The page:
Evolution of a Flip-Flop

Wednesday, December 28, 2005

Evolution of a Flip-Flop

Excerpts from an amusing column published in Tuesday's Pittsburgh Post-Gazette. Writing about home-state Senator Rick Santorum, columnist Brian O'Neill observes:
The Republican from Pennsylvania is looking at a tough re-election fight next year. That's why some are scornful of Mr. Santorum's announcement last week that he's withdrawing his affiliation with the public interest law firm that bills itself "as the sword and the shield for people of faith.''

That would be the Christian faith, which I happen to share. But it turns out Mr. Santorum, whose photo was still there with the rest of the advisory board on the law center's Web site yesterday, has just figured out how much religion goes into the work of this firm named for a Catholic saint.

It only took a losing court fight in his home state to put him on the path to enlightenment. Mr. Santorum now says the center "made a huge mistake'' in backing the Dover Area school board in its failed effort to move the notion of "intelligent design'' into science classrooms. Mr. Santorum told The Philadelphia Inquirer he is cutting ties with the firm.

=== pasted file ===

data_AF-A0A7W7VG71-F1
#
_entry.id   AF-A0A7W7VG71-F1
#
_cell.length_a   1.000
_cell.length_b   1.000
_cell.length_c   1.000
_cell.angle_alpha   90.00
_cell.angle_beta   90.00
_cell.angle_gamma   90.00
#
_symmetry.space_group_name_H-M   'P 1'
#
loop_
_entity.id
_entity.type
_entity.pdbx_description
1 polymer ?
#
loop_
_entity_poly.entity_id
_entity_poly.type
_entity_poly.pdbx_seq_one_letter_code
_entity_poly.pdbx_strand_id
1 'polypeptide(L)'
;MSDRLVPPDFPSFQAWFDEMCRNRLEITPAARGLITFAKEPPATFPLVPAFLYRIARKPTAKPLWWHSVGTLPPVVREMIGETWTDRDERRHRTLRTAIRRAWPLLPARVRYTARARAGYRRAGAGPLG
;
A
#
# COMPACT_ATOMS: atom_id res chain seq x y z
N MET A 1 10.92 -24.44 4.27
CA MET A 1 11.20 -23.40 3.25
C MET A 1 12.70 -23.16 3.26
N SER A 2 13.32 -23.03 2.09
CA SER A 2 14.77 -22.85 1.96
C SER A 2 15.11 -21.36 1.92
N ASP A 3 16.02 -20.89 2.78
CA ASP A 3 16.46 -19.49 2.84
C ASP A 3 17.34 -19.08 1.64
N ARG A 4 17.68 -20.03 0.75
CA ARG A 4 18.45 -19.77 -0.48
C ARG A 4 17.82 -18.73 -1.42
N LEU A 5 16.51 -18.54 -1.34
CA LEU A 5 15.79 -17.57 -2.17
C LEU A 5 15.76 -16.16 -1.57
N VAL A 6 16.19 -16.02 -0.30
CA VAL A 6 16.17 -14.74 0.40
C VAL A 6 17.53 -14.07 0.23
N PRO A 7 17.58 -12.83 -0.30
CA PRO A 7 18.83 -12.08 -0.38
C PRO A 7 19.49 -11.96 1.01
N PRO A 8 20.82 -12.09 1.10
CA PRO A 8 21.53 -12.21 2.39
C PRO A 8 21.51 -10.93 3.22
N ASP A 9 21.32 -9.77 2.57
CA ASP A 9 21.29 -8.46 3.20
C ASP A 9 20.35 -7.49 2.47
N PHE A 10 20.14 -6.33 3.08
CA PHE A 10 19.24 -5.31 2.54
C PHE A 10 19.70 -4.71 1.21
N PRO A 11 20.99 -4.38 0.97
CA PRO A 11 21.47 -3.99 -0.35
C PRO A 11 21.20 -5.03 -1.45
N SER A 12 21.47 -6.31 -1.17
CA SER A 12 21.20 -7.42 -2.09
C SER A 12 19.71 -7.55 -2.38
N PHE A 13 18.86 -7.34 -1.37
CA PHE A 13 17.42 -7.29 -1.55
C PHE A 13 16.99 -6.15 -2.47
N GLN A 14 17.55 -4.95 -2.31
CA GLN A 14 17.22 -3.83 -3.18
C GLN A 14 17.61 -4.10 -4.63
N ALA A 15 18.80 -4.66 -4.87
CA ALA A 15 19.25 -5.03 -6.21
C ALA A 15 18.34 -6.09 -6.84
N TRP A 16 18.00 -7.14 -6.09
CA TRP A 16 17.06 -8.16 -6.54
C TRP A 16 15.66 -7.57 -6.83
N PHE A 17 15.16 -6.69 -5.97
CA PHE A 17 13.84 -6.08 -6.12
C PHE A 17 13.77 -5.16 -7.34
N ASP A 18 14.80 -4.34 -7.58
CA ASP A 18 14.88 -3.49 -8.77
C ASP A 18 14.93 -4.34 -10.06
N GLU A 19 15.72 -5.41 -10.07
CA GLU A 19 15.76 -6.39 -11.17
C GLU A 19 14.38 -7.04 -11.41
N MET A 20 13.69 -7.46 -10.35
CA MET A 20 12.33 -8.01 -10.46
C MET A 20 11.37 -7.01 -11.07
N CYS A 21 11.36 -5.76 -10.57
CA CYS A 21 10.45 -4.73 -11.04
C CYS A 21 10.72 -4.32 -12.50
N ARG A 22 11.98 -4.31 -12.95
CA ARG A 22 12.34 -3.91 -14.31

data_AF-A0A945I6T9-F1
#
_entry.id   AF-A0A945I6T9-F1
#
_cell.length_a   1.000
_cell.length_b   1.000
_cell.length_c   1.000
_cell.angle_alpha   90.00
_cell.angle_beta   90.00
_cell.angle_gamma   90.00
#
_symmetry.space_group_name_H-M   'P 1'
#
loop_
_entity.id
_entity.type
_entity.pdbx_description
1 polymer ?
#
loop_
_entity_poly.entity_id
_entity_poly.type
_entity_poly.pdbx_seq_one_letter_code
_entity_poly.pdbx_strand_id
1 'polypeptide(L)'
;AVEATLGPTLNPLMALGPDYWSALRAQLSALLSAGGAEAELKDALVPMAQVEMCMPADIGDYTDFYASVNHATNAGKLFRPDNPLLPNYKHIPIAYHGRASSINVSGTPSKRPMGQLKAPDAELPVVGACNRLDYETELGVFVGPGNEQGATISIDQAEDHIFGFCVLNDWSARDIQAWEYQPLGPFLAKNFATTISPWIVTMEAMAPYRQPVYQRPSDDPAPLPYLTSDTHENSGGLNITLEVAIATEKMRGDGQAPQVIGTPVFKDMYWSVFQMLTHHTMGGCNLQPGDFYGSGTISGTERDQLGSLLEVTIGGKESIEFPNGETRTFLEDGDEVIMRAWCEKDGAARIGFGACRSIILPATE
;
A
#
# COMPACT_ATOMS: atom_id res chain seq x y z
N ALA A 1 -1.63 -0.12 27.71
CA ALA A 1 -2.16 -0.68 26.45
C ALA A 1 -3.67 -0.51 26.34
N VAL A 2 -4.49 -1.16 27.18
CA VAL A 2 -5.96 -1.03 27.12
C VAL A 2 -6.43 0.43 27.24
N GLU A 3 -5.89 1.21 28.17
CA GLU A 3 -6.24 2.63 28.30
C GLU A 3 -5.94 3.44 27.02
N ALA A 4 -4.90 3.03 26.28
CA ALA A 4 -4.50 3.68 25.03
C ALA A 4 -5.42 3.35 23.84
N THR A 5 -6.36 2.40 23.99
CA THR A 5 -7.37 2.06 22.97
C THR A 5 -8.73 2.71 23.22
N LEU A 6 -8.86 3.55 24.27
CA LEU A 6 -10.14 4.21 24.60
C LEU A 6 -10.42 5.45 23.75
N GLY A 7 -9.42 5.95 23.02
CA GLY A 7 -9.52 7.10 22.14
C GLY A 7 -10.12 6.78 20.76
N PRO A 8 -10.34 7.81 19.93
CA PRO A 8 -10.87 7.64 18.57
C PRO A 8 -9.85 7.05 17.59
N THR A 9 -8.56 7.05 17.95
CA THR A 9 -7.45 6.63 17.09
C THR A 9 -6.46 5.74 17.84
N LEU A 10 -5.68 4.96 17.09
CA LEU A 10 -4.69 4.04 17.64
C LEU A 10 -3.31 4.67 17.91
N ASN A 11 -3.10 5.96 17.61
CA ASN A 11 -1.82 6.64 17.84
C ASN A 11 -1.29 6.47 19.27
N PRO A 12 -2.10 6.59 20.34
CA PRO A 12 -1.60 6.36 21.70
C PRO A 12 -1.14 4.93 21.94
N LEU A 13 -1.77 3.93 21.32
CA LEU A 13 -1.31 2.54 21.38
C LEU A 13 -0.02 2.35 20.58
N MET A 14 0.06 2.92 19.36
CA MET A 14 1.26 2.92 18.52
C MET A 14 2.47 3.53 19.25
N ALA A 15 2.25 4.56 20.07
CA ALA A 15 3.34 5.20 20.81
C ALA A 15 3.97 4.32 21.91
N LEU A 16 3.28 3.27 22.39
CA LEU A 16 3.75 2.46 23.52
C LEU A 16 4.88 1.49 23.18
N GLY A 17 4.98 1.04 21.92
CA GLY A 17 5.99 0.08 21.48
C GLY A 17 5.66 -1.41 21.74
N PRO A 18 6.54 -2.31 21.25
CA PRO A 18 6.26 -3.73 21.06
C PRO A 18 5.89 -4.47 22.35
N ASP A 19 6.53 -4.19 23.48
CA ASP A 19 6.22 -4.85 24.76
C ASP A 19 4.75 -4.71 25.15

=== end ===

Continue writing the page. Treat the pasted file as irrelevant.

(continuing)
Many see that as a curious turn. "The evolution of a flip-flop,'' one critic called it. Earlier in the year, Mr. Santorum had commended the school district for having "taken a step in the right direction by engaging in the debate and attempting to teach the controversy of evolution.''

But if Mr. Santorum wishes to grant himself retroactive naivete, who are we to judge? Perhaps he honestly didn't know this case was steeped in religion from the start.

... We don't know how many precedents for Santorum-like disavowals of previous affiliations may exist. Consider these possibilities:

"It has recently come to my attention that the University of Notre Dame is a leading Roman Catholic institution of higher learning, and I am, evidently, the son of Norwegian Lutheran immigrants. I therefore see no choice but to submit my resignation as coach of the football team.

-- Regretfully,
Knute Rockne."

... "Nobody told us this job would involve so much travel! We can no longer in good conscience spend so much time away from our families. St. Louis is as far west as we care to go.

-- Yours truly,
Meriwether Lewis
and William Clark."

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